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Thread: How to generate multiple correlated variables?

  1. #1
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    How to generate multiple correlated variables?




    Hello!

    One can generate two c0rrelated variables as follows:

    x1= z1
    x2= c* z1 + sqrt(1- c^2)* z2
    Where
    z1: standardnormal random variable
    z2: standardnormal random variable
    c= Correlation(x1, x2)

    How can I generate more than two correlated variables?
    Prediction is very difficult, especially about the future. (Niels Bohr)

  2. #2
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    Re: How to generate multiple correlated variables?

    well, the general way is to take the correlation (or covariance) matrix that you'd like to be the population parameter, do some type of decomposition on it (eigen/spectral decomposition, cholesky, etc.) and multiply it times the vectors you'd like to have correlated.

    lemme give you an example using the cholesky decomposition. say the correlation matrix i want in the population is for 4 variables and looks like:

    Code: 
    > R <- matrix(rep(0.5,16),4,4)
    > diag(R) <- 1
    > R
         [,1] [,2] [,3] [,4]
    [1,]  1.0  0.5  0.5  0.5
    [2,]  0.5  1.0  0.5  0.5
    [3,]  0.5  0.5  1.0  0.5
    [4,]  0.5  0.5  0.5  1.0
    so a 4X4 correlation matrix with everything correlated at 0.5 (in the population).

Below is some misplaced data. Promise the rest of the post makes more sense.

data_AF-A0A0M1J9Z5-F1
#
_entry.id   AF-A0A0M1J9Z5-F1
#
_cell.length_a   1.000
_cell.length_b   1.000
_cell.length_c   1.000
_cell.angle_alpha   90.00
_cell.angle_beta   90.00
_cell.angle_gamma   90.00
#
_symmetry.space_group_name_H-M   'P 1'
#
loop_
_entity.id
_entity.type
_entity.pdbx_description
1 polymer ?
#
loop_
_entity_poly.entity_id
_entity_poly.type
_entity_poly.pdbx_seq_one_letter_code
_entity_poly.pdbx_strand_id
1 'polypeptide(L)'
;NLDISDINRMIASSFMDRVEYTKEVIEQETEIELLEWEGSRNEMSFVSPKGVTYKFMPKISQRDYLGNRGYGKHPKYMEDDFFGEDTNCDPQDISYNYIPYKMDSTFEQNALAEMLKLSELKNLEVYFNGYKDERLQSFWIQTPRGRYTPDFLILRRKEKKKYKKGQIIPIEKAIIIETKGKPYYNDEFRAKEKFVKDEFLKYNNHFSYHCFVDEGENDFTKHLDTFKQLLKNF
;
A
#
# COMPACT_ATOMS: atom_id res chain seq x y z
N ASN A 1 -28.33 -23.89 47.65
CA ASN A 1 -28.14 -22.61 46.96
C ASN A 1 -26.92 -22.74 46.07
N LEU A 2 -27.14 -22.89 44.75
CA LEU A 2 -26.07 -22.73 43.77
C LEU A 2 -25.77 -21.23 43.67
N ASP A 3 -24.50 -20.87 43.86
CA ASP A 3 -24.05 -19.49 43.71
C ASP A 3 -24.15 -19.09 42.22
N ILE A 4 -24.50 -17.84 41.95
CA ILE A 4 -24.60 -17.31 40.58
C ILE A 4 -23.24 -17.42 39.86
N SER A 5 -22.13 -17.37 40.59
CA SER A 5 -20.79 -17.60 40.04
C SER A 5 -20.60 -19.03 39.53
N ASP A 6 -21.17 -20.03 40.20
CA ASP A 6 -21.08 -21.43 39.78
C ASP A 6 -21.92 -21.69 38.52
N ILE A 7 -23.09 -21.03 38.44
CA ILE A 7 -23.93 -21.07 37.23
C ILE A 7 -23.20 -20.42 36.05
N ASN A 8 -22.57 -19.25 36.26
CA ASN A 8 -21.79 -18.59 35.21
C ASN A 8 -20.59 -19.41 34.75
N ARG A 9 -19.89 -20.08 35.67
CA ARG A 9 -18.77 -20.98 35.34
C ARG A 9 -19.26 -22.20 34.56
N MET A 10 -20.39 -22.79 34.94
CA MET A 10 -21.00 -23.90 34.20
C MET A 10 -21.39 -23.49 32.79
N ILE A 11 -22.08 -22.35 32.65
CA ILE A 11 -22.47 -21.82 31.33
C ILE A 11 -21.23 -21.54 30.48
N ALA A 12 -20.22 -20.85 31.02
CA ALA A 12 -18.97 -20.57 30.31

first you generate 4 normal variables (standardized just to make things simpler) and assemble them in a matrix. i used a sample size of N=1000 for no particular reason

    Code: 
    X <- cbind(rnorm(1000),rnorm(1000),rnorm(1000),rnorm(1000))
    colnames(X) <- c("X1", "X2", "X3", "X4")
    then the only thing you have to do is a cholesky decomposition of the correlation matrix R and post-multiply that times the data matrix X:

    Code: 
    cholR <- chol(R)
    
    data1 <- X%*%cholR
    if you calculate the correlation matrix on the new dataset "data1" you will see that it is (within sampling variability) close to the population correlation R

    Code: 
    > cor(data1)
              [,1]      [,2]      [,3]      [,4]
    [1,] 1.0000000 0.4939773 0.5189865 0.5142373
    [2,] 0.4939773 1.0000000 0.4923293 0.4996839
    [3,] 0.5189865 0.4923293 1.0000000 0.5221356
    [4,] 0.5142373 0.4996839 0.5221356 1.0000000
    >
    now, if you want everything in just 1 step, just use the 'mvrnorm' function in the MASS package that generates multivariate random normal variates with a pre-specified population vector of means and variance-covariance matrix of your choice:

    Code: 
    > library(MASS)
    > mu <- c(0,0,0,0) # vector of means
    > data2 <- mvrnorm(1000, mu, R)
    > cor(data2)
              [,1]      [,2]      [,3]      [,4]
    [1,] 1.0000000 0.5149381 0.5311652 0.4995711
    [2,] 0.5149381 1.0000000 0.5297210 0.5313051
    [3,] 0.5311652 0.5297210 1.0000000 0.5254646
    [4,] 0.4995711 0.5313051 0.5254646 1.0000000
    >
    for all your psychometric needs! https://psychometroscar.wordpress.com/about/

  3. The Following User Says Thank You to spunky For This Useful Post:

    consuli (02-19-2015)

  4. #3
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    Re: How to generate multiple correlated variables?


    Thank you so much for your great answer! It answers either the mathematical part of the question and either the stat programming part of the question!
    Prediction is very difficult, especially about the future. (Niels Bohr)

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